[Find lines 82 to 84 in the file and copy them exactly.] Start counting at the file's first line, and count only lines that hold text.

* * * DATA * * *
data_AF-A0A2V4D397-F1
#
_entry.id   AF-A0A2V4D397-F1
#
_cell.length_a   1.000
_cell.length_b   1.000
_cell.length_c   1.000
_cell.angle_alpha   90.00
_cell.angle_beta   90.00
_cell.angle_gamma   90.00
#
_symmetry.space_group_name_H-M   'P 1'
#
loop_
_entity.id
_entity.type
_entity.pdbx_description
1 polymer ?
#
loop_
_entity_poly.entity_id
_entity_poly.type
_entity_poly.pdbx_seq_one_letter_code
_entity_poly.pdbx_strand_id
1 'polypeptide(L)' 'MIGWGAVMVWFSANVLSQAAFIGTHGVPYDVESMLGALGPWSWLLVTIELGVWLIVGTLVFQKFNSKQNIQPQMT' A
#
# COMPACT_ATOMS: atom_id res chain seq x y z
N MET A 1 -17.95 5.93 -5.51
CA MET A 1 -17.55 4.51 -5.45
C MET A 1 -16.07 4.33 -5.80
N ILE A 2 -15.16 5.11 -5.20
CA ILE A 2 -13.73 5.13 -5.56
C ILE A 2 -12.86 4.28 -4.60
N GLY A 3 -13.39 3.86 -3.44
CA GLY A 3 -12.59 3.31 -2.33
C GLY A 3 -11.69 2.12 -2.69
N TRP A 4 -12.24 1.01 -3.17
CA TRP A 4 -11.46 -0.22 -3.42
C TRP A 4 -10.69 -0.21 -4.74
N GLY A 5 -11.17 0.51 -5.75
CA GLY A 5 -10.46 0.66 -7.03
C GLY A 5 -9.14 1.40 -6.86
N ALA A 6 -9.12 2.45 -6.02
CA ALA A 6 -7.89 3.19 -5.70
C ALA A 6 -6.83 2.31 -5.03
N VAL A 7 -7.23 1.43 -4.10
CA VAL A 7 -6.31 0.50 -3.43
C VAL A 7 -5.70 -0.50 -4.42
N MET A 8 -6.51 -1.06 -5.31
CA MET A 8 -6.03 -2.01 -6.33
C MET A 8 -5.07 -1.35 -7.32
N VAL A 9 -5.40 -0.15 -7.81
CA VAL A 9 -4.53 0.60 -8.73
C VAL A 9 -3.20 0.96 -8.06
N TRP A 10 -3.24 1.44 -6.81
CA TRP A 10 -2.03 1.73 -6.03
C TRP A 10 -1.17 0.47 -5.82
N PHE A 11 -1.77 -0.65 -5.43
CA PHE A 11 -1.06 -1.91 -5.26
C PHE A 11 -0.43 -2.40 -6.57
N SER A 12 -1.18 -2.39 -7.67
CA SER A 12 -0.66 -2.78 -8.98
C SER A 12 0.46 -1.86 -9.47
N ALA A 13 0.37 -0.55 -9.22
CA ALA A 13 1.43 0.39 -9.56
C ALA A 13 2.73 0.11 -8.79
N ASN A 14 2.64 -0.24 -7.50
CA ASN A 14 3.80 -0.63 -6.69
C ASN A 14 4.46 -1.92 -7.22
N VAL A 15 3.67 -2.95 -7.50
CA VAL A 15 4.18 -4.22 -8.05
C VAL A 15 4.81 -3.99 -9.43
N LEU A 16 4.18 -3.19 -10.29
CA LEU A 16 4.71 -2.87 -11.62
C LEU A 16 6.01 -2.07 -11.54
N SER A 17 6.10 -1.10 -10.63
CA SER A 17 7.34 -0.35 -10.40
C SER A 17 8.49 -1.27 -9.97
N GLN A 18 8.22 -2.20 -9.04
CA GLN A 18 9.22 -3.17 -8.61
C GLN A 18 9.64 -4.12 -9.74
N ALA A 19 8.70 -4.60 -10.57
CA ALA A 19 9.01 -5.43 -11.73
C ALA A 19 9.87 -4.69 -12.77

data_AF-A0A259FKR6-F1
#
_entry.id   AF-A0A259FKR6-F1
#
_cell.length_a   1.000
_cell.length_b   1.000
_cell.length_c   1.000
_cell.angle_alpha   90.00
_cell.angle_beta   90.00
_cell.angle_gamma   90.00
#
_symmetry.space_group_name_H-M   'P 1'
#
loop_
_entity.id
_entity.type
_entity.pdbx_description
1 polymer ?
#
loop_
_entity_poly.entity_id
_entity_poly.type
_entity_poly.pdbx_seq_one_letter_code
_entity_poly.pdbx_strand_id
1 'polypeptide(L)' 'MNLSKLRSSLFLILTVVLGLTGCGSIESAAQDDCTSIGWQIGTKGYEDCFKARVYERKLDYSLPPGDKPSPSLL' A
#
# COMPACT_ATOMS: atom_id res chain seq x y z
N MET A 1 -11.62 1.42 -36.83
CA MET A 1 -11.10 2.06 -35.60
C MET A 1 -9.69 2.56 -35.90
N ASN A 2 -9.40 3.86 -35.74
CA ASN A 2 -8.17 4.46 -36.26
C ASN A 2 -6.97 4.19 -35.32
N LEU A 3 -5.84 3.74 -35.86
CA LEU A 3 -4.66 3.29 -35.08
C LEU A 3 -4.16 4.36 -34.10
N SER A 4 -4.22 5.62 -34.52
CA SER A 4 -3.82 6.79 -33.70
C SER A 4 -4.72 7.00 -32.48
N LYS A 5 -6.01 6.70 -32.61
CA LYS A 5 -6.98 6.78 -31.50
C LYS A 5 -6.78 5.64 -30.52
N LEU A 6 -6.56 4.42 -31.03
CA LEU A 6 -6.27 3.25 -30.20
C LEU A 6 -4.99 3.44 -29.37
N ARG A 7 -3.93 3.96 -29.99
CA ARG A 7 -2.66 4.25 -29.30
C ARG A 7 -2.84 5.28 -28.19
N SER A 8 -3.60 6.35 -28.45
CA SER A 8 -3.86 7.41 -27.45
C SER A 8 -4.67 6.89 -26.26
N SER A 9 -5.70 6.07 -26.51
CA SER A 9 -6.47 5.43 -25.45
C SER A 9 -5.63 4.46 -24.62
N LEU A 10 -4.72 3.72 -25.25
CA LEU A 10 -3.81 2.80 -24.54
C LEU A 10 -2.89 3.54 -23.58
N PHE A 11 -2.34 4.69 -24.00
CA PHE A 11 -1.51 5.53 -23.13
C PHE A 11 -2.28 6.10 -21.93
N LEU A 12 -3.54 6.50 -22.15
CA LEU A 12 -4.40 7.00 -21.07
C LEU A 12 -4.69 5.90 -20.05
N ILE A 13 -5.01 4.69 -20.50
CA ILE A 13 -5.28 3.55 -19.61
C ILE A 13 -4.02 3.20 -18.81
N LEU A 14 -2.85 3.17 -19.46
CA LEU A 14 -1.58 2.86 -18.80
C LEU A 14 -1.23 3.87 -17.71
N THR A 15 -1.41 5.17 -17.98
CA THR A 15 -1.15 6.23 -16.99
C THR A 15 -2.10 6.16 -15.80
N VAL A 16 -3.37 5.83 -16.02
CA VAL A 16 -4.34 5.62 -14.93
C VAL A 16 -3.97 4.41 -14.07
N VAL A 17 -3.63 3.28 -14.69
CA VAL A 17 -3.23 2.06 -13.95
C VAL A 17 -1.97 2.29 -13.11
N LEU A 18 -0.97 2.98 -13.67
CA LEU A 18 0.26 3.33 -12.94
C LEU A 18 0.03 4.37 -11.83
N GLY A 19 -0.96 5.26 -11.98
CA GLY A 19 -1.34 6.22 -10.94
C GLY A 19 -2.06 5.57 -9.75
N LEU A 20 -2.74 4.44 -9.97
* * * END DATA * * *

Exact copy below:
N ALA A 19 8.70 -4.60 -10.57
CA ALA A 19 9.01 -5.43 -11.73
C ALA A 19 9.87 -4.69 -12.77